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Fighting Inflammation with Ginger

You love adding ginger to your meats or veggies but did you know that your favorite spice is also a natural “pain killer?”

The spice ginger is the natural root of the ginger plant, known botanically as Zingiber officinale, used in many countries as a spice and condiment to add flavor to food. What most people may not know is that Ginger has a very potent anti-inflammatory effect which has been shown to reduce muscle pain after intense physical activity.

During the past 40 years, many studies have provided scientific support for the long-held belief that ginger contains potent anti-inflammatory properties. The original discovery of ginger’s inhibitory effects on prostaglandin biosynthesis in the early 1970s has been repeatedly confirmed. That’s exactly why you’ll find it as a key ingredient in our anti-inflammatory and joint support supplement, Joint Edge Rx, and our post workout supplement Post Edge.

Ginger suppresses prostaglandin synthesis through inhibition of cyclooxygenase-1, cyclooxygenase-2 and 5-lipoxygenase. A University of Miami study compared the effects of ginger extract to placebo in 247 patients with osteoarthritis (OA) of the knee. The ginger reduced pain and stiffness in knee joints by 40 percent over the placebo. Researchers at the University of Georgia in Athens and Georgia State College & University in Milledgeville reported in the Journal of Pain that a few tablespoons of grated ginger can help ease muscle pain caused by exercise.

If the anti-inflammatory properties of ginger mentioned above aren’t enough, ginger also has insulinoptropic properties through the 5-HT3 receptor channel. Activating this receptor increases plasma insulin secretion up to 10%, working synergistically with LionEdge’s Insulin Activation Anabolic Matrix in Post Edge.

Ginger has staring potential for helping treat a number of ailments including degenerative disorders (osteoarthritis and rheumatism), digestive health (indigestion, nausea, hyperemesis, constipation) and also cardiovascular disorders (hypertension and hyperlipidemia) through its anti-inflammatory properties.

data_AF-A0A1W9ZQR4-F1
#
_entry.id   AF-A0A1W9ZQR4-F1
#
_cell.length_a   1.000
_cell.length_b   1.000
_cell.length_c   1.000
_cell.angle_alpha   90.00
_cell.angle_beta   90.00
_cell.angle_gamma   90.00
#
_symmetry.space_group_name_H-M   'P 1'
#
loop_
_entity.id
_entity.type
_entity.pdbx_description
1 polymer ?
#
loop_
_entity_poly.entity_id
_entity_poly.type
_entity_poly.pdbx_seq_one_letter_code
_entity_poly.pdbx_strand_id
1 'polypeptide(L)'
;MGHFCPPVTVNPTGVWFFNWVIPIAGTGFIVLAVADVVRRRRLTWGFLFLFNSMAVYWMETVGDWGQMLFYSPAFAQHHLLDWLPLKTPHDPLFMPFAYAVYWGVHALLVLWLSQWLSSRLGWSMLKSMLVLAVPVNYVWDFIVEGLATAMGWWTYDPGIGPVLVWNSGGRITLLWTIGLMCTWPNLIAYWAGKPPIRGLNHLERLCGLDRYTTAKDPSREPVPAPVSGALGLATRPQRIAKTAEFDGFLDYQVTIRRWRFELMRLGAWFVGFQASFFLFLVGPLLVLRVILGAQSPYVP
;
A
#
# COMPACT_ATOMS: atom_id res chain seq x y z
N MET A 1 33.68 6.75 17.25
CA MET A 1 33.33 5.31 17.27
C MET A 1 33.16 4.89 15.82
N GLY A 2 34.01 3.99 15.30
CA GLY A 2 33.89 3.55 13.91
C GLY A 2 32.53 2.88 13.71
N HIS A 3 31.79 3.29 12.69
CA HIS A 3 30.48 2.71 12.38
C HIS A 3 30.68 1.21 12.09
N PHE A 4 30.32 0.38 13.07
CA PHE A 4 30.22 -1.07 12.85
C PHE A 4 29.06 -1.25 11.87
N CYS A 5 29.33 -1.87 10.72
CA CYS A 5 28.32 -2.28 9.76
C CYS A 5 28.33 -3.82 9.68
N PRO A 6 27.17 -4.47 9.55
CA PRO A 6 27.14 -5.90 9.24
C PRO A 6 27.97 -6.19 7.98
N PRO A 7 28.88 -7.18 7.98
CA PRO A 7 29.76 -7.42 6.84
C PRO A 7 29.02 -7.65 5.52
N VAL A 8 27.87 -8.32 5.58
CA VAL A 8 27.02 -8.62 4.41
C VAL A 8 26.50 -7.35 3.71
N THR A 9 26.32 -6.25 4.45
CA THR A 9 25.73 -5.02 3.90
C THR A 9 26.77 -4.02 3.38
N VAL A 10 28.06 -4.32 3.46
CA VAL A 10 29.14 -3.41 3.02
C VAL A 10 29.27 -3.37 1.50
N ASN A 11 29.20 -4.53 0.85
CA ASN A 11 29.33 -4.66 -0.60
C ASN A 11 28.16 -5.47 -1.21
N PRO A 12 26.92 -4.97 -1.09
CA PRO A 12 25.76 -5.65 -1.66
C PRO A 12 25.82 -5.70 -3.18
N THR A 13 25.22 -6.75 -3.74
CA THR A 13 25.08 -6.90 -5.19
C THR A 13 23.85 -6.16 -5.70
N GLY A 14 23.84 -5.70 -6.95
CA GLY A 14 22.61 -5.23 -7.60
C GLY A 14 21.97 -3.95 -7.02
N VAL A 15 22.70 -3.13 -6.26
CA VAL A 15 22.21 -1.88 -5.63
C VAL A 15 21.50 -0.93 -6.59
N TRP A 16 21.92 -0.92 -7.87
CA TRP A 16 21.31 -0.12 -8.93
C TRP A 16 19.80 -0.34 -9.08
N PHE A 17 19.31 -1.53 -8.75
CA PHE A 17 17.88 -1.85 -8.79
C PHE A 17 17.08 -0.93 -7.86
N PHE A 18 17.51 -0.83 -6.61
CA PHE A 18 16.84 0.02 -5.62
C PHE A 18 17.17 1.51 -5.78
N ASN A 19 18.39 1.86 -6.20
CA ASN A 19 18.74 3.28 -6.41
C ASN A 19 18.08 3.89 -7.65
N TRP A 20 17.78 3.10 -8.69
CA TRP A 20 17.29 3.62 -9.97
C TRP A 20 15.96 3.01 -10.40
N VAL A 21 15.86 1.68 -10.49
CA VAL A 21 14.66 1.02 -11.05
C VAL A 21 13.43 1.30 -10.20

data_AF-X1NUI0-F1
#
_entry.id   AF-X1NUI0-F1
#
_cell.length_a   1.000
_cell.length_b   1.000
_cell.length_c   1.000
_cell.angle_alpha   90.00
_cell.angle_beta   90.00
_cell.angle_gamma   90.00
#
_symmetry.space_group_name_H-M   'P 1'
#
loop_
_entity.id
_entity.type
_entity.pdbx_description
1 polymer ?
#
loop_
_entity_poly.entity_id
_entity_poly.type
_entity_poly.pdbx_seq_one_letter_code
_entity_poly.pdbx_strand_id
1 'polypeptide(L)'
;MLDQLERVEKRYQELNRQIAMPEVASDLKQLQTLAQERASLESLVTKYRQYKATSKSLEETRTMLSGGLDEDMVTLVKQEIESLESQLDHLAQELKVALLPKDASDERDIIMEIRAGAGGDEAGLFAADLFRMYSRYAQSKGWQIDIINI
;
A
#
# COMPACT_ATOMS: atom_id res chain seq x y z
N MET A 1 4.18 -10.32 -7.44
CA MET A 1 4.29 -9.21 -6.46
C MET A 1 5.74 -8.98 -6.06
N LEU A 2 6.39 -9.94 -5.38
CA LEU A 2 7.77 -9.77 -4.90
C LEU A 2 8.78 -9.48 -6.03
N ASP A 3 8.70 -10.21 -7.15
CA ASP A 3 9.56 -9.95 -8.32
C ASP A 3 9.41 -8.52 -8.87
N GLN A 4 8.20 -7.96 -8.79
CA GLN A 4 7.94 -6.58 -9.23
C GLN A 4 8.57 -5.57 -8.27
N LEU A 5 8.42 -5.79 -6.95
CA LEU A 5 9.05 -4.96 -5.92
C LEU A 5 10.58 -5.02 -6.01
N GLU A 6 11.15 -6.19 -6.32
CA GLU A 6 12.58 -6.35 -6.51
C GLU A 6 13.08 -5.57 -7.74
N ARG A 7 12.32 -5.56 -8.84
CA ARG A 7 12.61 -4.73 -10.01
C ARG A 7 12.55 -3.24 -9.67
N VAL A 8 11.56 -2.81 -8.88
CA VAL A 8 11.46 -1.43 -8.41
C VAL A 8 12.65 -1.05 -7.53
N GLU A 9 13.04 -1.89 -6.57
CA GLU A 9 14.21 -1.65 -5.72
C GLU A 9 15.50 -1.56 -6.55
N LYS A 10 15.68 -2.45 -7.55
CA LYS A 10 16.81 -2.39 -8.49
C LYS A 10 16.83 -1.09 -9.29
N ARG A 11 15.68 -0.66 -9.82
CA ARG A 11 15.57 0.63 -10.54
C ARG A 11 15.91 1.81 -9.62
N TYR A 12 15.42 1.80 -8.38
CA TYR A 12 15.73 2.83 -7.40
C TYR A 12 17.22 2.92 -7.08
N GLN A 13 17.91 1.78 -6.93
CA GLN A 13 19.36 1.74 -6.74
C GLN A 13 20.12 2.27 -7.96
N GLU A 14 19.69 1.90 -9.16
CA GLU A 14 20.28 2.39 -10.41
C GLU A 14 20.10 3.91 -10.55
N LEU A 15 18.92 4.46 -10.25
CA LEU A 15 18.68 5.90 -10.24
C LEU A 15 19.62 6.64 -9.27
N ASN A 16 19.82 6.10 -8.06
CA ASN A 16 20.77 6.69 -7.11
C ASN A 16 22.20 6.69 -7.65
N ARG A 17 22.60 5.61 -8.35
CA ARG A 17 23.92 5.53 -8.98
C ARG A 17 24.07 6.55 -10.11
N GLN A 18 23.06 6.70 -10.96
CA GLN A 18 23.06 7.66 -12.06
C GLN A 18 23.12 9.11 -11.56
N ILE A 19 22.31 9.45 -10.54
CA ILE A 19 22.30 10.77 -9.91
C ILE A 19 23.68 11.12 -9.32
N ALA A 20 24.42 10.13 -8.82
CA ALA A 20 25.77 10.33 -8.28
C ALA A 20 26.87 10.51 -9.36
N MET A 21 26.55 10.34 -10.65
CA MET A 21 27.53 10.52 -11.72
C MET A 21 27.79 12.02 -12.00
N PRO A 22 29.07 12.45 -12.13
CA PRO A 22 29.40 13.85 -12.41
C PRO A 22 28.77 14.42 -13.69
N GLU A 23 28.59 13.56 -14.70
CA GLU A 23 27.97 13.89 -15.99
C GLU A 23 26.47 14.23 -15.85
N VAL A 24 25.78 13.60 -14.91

Ginger is also currently being studied for anti-oxidative properties for controlling the process of aging. More research on this is under way. Don’t forget, next time you’re at a sushi restaurant, ask for extra ginger. It’s what the doctor ordered!

References

  1. Phan PV, Sohrabi A, Polotsky A, Hungerford DS, Lindmark L, Frondoza CG. Ginger extract components suppress induction of chemokine expression in human synoviocytes. J Altern Complement Med. 2005 Feb;11(1):149-54. 2005.
  2. Jagetia GC, Baliga MS, Venkatesh P, Ulloor JN. Influence of ginger rhizome (Zingiber officinale Rosc) on survival, glutathione and lipid peroxidation in mice after whole-body exposure to gamma radiation. Radiat Res. 2003 Nov;160(5):584-92. 2003.
  3. Kiuchi F, et al. Inhibition of prostaglandin and leukotriene biosynthesis by gingerols and diarylheptanoids. Chem Pharm Bull 40 (1992):387-91. 1992.
  4. Srivastava KC, Mustafa T. Ginger (Zingiber officinale) in rheumatism and musculoskeletal disorders. Med Hypothesis 39(1992):342-8. 1992.
  5. Wigler I, Grotto I, Caspi D, Yaron M. The effects of Zintona EC (a ginger extract) on symptomatic gonarthritis. Osteoarthritis Cartilage. 2003 Nov;11(11):783-9. 2003.
  6. Terry R, Posadzki P, Watson LK, Ernst E. The use of ginger for the treatment of pain: a systematic review of clinical trials. Pain Med. 2011 Dec;12(12):1808-18.
  7. 7. Nammi S, Sreemantula S, Roufogalis BD. Protective effects of ethanolic extract of Zingiber officinale rhizome on the development of metabolic syndrome in high-fat diet-fed rats. Basic Clin Pharmacol Toxicol. 2009;104:366–73.
  8. Heimes K, Feistel B, Verspohl EJ. Impact of the 5-HT receptor channel system for insulin secretion and interaction of ginger extracts. Eur J Pharmacol. 2009;624:58–65.
  9. Dugasani S, Pichika MR, Nadarajah VD, Balijepalli MK, Tandra S, Korlakunta JN. Comparative antioxidant and anti-inflammatory effects of [6]-gingerol, [8]-gingerol, [10]-gingerol and [6]-shogaol. J Ethnopharmacol. 2010;127:515–20.
  10. Ohshima H, Tatemicho M, Sawa T. Chemical basis of inflammation-induced carcinogenesis. Arch Biochem Biophys. 2003;417:3–11.
  11. Ramaa CS, Shirode AR, Mundada AS, Kadam VJ. Nutraceuticals an emerging era in the treatment and prevention of cardiovascular diseases. Curr Pharm Biotechnol. 2006;7:15–23.
Dr. Jarrell NeSmith, DO

About Dr. Jarrell NeSmith, DO

Board Certified Sports Medicine Physician